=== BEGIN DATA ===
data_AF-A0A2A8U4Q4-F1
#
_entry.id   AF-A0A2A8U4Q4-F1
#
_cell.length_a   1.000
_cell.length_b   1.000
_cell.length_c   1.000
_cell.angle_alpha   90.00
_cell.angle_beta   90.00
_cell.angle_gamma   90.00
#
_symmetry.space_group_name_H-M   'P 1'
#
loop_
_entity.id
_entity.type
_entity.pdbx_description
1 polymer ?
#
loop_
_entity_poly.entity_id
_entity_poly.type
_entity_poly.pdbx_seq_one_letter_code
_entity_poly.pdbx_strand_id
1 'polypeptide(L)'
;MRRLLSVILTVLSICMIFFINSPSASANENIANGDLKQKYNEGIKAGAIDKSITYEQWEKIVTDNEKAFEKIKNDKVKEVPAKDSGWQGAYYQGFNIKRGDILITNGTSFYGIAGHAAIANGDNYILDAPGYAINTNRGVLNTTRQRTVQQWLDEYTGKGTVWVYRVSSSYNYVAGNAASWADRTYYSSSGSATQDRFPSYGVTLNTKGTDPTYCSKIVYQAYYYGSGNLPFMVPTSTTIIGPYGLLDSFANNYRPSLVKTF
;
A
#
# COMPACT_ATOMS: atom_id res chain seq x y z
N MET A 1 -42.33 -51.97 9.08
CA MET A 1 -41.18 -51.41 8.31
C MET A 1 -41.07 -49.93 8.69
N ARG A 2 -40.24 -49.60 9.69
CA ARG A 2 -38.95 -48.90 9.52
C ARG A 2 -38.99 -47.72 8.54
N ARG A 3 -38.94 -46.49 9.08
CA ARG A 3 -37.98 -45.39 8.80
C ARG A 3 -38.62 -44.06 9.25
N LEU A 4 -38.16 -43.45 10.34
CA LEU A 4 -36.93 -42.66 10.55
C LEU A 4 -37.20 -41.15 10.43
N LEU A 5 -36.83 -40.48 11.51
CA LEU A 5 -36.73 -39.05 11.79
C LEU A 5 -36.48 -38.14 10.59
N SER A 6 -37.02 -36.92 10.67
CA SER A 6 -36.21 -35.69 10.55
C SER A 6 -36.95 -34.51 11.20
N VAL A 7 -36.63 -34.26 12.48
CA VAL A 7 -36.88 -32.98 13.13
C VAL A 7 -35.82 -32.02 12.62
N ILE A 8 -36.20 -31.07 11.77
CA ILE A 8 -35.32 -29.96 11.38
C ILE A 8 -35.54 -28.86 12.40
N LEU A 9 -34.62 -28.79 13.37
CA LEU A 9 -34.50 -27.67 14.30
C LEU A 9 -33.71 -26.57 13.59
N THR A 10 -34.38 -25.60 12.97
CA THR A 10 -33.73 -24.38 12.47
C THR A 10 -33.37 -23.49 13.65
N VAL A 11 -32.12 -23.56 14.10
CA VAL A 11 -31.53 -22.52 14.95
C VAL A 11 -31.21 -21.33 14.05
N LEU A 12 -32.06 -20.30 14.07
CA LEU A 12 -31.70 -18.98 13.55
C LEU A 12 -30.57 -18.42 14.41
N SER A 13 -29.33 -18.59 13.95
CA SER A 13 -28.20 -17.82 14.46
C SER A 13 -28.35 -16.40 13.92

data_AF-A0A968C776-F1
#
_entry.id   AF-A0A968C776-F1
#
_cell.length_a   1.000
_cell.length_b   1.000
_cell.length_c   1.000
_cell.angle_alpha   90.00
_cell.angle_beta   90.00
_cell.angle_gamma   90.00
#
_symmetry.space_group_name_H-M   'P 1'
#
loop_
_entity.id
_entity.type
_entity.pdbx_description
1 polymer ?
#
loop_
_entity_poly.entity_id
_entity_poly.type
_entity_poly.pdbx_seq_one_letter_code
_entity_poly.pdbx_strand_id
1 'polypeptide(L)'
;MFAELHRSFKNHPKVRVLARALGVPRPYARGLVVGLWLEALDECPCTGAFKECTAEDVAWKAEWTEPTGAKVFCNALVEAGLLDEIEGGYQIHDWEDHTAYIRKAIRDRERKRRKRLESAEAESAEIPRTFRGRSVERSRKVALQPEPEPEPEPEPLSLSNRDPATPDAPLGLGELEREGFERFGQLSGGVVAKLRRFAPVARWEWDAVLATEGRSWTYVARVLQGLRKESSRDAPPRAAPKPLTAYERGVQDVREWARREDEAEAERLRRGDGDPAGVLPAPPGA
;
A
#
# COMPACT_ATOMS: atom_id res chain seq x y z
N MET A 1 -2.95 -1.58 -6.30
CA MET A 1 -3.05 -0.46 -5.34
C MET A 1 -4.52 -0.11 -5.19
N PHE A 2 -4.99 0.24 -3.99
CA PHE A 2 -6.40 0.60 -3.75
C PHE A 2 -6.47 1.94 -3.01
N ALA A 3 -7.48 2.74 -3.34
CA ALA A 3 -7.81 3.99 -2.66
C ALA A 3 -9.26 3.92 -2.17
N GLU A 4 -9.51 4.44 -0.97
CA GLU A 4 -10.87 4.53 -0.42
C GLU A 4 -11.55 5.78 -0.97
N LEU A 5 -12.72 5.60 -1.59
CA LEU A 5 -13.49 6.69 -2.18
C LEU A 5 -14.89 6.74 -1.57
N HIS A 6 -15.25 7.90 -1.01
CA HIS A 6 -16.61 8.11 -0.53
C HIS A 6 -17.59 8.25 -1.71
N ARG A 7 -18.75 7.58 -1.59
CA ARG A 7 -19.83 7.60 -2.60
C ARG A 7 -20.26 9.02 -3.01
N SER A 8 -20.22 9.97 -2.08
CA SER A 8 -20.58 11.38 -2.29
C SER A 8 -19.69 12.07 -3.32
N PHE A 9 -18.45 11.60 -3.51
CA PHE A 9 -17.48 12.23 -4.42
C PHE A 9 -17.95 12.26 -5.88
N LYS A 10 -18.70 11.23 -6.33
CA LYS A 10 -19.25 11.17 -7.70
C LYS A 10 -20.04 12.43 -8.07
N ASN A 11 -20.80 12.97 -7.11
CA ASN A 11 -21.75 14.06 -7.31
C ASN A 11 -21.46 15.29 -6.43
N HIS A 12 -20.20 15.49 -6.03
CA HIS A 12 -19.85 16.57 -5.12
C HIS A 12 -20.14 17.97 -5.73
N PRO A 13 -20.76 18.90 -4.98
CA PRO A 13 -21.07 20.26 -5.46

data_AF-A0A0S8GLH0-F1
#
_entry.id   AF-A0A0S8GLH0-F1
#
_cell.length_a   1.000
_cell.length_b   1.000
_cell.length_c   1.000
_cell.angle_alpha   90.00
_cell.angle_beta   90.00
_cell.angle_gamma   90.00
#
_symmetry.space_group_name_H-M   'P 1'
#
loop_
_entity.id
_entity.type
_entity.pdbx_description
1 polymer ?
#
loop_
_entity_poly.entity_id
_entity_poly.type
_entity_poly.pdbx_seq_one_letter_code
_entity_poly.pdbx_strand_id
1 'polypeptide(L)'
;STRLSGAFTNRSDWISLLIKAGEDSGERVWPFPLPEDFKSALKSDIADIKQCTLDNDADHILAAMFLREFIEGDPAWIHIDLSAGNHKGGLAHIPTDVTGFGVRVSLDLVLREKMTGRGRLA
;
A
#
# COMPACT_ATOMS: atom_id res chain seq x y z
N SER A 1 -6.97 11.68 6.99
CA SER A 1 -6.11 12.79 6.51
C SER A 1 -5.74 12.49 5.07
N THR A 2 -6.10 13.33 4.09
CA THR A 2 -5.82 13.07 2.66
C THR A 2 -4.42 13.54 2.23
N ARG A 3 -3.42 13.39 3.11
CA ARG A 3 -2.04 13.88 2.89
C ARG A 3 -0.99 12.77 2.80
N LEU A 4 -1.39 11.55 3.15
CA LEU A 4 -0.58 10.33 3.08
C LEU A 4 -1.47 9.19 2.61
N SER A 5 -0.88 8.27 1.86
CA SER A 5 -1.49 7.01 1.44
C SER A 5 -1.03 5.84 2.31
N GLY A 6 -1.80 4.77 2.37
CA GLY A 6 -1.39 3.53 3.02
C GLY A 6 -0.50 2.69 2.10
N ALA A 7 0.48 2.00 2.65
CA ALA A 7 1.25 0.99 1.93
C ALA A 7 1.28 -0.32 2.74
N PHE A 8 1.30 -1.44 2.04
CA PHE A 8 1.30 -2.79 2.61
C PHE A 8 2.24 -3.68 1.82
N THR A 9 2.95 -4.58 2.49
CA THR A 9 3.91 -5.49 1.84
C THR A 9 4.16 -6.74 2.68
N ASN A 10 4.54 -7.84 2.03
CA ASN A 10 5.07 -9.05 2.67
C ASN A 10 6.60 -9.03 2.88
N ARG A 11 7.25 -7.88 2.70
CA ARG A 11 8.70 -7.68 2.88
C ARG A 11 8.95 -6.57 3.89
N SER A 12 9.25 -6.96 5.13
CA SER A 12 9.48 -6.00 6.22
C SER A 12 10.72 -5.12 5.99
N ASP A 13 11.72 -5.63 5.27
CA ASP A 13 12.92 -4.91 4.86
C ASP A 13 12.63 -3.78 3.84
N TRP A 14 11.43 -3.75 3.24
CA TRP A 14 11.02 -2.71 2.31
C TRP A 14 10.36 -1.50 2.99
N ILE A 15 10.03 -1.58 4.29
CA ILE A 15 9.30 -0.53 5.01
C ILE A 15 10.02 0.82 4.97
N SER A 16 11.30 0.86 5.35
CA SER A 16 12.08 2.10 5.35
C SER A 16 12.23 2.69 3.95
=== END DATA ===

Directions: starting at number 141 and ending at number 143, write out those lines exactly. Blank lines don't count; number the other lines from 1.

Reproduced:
#
_cell.length_a   1.000
_cell.length_b   1.000